The Polar Region is full of nature’s incredible wonders. The perks of living in the sparsely populated land beyond the Arctic Circle Line is more than any nature enthusiast could ask for! Having seen a few of these wonders with my own eyes, I can confirm that!
In the list of the most sought after nature splendours in the Arctic Land are Aurora Borealis (Northern Lights), Polar Nights, Midnight Sun, Sun & Moon Halos, Coronas and Anticoronas around the Sun, Water Sky and Ice Blink, Mirages and optical illusions like fata morgana, Optical Haze, Sun Dogs, and Whiteout.
Must read: 12 Handpicked Winter Activities For A Quintessential Lapland Itinerary
The current Aurora Season (2021-22) has exceeded all the shows in recent years and turned out to be the most glorious in decades. Almost every night, the Arctic sky has stayed alit with magical Aurora dance in the Nordic region above Arctic Circle. Other nature wonders keep stunning locals and tourists from time to time. Recently, the sunset sky in Lapland was adorned with Polar Stratospheric Clouds (PSC).
What are Polar Stratospheric Clouds & how do they form?
Casting an iridescent pastel hue in the Arctic sky immediately after sunset, the rare and one of the most beautiful polar stratospheric clouds is nature’s another wonder from the Polar region.
Also known as Nacreous clouds or Ice Polar Stratospheric Clouds, or Mother-of-Pearl Clouds, these clouds are rare and unique, having aroused the curiosity of nature admirers, scientists, and environmentalists alike, for different reasons.
Polar stratospheric clouds (PSCs) form during winter months in the Polar Stratosphere region at altitudes ranging from 15000-25000 meters. PSC appear as beads or patches of pearl fused into the bright sky mostly before sunset. Sources also mention that PSC can be best observed during Civil Twilight when the Sun is between 1-6 degrees below the horizon, mostly at northern latitudes.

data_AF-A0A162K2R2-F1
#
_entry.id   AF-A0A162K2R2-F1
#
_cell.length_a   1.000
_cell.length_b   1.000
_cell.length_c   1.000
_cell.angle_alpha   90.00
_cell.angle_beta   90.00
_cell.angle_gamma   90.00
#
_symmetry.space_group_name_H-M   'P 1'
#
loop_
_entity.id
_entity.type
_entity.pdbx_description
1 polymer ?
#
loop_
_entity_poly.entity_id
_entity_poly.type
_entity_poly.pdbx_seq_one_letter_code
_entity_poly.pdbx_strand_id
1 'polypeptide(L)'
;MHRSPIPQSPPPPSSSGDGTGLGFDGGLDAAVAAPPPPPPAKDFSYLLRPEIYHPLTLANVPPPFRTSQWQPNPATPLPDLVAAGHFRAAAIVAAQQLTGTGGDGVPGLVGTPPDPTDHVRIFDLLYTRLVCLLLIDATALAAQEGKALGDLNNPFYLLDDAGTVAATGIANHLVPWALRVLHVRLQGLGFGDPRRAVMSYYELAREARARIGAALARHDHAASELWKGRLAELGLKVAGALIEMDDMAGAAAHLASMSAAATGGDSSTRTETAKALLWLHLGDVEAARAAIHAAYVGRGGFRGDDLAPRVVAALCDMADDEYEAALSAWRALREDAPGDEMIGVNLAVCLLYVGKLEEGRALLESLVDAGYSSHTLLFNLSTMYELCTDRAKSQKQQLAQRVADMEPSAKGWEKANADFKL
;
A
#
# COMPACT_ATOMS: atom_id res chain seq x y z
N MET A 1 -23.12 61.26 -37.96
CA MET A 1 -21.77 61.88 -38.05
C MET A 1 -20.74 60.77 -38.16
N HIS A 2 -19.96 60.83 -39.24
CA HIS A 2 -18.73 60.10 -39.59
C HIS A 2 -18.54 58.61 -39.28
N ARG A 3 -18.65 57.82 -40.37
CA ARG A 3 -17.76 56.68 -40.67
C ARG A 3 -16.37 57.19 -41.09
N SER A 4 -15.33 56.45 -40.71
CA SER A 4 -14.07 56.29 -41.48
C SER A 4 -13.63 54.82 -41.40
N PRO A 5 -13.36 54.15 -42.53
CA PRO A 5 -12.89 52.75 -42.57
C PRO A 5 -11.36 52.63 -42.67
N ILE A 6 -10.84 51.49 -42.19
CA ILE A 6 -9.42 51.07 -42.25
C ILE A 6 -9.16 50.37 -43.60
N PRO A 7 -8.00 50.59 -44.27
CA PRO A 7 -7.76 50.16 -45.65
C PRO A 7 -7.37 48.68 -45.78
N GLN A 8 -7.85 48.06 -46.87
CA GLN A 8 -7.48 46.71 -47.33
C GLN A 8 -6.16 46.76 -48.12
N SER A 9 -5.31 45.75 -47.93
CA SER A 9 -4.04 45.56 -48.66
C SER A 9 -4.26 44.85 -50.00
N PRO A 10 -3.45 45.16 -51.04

PSC primarily comprises supercooled water droplets and Nitric Acid, which implies its role in Ozone Hole formation. Another PSC type comprises only ice crystals, which doesn’t harm the environment. The other major PSC type consists only of ice crystals which are not harmful. This sort of PSC is also referred to as nacreous (from nacre, or mother of pearl, due to its luminescence).
PSC resemble Cirrus or Altocumulus lenticularis showing significant irisation. It appears similar to the mother of pearl. The most radiant colours of PSC are observed when the Sun is a few degrees below the horizon.
Where can you find Polar Stratospheric Clouds?
Ice polar stratospheric clouds (PSC), or nacreous clouds, appear especially at high latitudes during the winter months. For PSC to form, the temperatures in the stratosphere must fall below the frost point. This phenomenon is the most common in Antarctica but has also been spotted in the Arctic, Scotland, Scandinavia, Alaska, Canada and the northern Russian Federation.
Are Polar Stratospheric Clouds harmful to the atmosphere?
The presence of PSC encourages a chemical reaction that breaks down the ozone layer. The ozone layer basically shields us from the sun’s harmful rays. Nacreous clouds are not entirely water droplets but a blend of naturally occurring water and nitric acid from industrial sources.
Substances like chlorofluorocarbons (CFCs) in aerosols and refrigeration have an adverse impact on the environment because these chemicals stay in the atmosphere for a prolonged time. CFCs take several years to rise through the troposphere until they make it to the Stratosphere, where they begin to break down by ultraviolet light producing free chlorine atoms. Chloride ions are highly reactive and continuously attack and destroy the ozone layer.
During the long winter months in the polar regions where there is little sunlight, temperature becomes so frigid in the Stratosphere that clouds start forming despite the air being so thin and dry.
These nacreous clouds formed out of frozen water crystals, nitric acid and sometimes sulphuric acid provide an ideal surface upon which chemical reactions occur that release the free chlorine atoms back into the atmosphere. The presence of sunlight is essential to the equation, so this happens only during spring when sunlight returns to the poles, and ultraviolet light break the bonds between the chlorine atoms. The process ends only when air flows from lower latitudes destroy the PSC or nacreous clouds.
Such chemical reactions could not take place anywhere else in the atmosphere. That is why the ozone hole is more prominent in the polar regions than elsewhere. The fact that nacreous clouds are commonly observed in the southern hemisphere entails that the ozone layer is more depleted over the south pole when compared with the north pole.
PSC formation has other adverse impacts as it also removes the gaseous nitric acid from the stratosphere. The Nitric Acid would otherwise combine with ClO, thus forming less reactive chlorine forms.
Referred source: National Snow & Ice Data Center
What are the other natural wonders not discussed in this blog that fascinates you? Do share your thoughts in the comments below. If you liked reading this piece, share it with your connections and subscribe to my blog.
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